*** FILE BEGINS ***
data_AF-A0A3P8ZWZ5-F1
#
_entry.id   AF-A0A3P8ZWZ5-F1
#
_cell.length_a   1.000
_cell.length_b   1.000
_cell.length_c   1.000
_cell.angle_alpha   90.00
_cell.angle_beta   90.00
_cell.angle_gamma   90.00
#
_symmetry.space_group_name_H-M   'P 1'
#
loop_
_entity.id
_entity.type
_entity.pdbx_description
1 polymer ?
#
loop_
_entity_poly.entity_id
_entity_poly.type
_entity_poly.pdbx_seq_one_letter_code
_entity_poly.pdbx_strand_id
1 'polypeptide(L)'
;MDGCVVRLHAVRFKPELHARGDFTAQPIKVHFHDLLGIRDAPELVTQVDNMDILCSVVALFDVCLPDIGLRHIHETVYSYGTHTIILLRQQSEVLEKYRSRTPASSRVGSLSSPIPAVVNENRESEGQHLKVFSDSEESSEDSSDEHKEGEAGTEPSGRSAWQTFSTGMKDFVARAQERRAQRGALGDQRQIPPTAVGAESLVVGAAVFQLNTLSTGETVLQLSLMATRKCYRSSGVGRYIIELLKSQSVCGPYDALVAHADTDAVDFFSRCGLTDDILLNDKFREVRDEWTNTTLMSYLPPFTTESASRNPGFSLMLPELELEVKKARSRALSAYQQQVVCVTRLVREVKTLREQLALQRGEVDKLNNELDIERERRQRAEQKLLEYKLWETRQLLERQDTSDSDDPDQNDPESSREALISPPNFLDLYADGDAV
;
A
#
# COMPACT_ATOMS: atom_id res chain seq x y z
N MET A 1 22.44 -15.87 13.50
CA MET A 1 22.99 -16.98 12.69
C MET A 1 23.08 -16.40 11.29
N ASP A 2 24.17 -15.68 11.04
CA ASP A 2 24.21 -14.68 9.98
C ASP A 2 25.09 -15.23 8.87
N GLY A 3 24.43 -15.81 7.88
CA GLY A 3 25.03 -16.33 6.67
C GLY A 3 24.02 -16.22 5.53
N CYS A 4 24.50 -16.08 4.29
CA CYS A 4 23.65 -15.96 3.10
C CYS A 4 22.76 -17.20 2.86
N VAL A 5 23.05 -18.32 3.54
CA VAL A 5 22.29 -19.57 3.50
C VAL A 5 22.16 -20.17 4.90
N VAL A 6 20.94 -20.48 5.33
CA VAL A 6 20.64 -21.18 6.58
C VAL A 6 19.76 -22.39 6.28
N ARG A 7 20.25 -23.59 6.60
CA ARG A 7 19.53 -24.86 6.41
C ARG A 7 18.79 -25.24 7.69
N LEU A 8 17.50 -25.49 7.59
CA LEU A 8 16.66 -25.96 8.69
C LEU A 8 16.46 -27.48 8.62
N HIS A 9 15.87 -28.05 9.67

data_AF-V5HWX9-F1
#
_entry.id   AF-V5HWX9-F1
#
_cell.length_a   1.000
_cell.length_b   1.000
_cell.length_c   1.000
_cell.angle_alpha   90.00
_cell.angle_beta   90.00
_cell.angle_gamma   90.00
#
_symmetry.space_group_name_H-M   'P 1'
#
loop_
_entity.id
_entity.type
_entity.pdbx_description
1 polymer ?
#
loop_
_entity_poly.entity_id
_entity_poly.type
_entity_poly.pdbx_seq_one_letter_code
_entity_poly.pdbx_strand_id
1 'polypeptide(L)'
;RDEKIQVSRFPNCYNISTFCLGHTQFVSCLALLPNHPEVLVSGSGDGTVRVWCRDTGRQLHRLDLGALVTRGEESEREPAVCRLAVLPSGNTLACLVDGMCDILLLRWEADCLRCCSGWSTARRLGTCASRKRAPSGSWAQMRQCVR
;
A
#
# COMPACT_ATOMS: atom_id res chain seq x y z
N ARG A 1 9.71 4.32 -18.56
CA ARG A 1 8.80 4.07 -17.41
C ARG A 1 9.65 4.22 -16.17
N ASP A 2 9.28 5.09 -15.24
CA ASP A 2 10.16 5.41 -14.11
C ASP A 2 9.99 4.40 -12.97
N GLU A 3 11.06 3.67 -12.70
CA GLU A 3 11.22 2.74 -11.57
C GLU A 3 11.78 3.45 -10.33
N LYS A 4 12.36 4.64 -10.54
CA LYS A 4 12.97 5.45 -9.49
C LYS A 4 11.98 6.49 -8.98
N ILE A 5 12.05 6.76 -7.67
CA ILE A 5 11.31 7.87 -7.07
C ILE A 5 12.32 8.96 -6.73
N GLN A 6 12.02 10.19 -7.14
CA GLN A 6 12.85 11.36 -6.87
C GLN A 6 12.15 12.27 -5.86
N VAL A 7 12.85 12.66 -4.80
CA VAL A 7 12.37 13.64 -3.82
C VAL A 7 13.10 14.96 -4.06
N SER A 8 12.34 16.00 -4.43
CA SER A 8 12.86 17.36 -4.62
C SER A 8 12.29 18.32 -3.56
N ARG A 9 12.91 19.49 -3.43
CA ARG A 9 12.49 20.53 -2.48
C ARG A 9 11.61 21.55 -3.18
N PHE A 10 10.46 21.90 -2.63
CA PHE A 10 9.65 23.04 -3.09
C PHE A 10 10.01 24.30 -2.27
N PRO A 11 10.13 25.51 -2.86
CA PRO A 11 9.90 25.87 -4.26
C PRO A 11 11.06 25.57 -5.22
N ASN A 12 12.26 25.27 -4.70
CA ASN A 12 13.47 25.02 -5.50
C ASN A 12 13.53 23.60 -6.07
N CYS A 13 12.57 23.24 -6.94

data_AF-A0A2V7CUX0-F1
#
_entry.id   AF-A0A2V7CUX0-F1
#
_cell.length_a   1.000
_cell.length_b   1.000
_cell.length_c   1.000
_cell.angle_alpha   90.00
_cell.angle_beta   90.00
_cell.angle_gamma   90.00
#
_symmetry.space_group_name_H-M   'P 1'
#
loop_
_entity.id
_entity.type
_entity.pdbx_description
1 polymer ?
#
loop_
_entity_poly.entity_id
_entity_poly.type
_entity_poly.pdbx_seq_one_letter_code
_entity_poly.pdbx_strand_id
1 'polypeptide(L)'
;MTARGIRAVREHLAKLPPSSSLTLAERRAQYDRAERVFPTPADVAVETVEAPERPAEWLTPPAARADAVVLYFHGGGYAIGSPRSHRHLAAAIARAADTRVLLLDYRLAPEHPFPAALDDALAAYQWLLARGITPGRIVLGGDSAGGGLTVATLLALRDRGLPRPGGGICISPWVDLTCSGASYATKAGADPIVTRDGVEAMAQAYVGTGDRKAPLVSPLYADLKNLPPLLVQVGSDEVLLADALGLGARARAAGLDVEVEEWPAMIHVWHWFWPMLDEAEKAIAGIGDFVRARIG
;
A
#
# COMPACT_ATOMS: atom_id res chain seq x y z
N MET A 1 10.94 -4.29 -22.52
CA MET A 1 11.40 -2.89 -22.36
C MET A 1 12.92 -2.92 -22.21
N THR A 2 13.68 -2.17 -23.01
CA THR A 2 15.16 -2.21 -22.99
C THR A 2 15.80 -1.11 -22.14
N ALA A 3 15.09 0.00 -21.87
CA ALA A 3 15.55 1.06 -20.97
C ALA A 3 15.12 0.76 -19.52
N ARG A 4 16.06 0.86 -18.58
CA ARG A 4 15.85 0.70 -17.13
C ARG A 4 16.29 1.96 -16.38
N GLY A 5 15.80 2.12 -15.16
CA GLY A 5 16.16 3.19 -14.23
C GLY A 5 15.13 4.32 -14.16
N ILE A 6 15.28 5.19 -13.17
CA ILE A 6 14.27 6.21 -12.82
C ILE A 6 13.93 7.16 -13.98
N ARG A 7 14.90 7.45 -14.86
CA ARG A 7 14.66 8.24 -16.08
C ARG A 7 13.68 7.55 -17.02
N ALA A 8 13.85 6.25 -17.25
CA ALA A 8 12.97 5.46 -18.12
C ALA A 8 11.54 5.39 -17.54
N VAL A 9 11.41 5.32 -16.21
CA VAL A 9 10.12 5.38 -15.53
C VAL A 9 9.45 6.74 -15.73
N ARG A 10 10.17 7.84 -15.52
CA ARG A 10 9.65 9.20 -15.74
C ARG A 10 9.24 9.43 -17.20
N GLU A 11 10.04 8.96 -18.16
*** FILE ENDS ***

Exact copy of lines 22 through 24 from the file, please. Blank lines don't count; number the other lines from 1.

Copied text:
_entity_poly.type
_entity_poly.pdbx_seq_one_letter_code
_entity_poly.pdbx_strand_id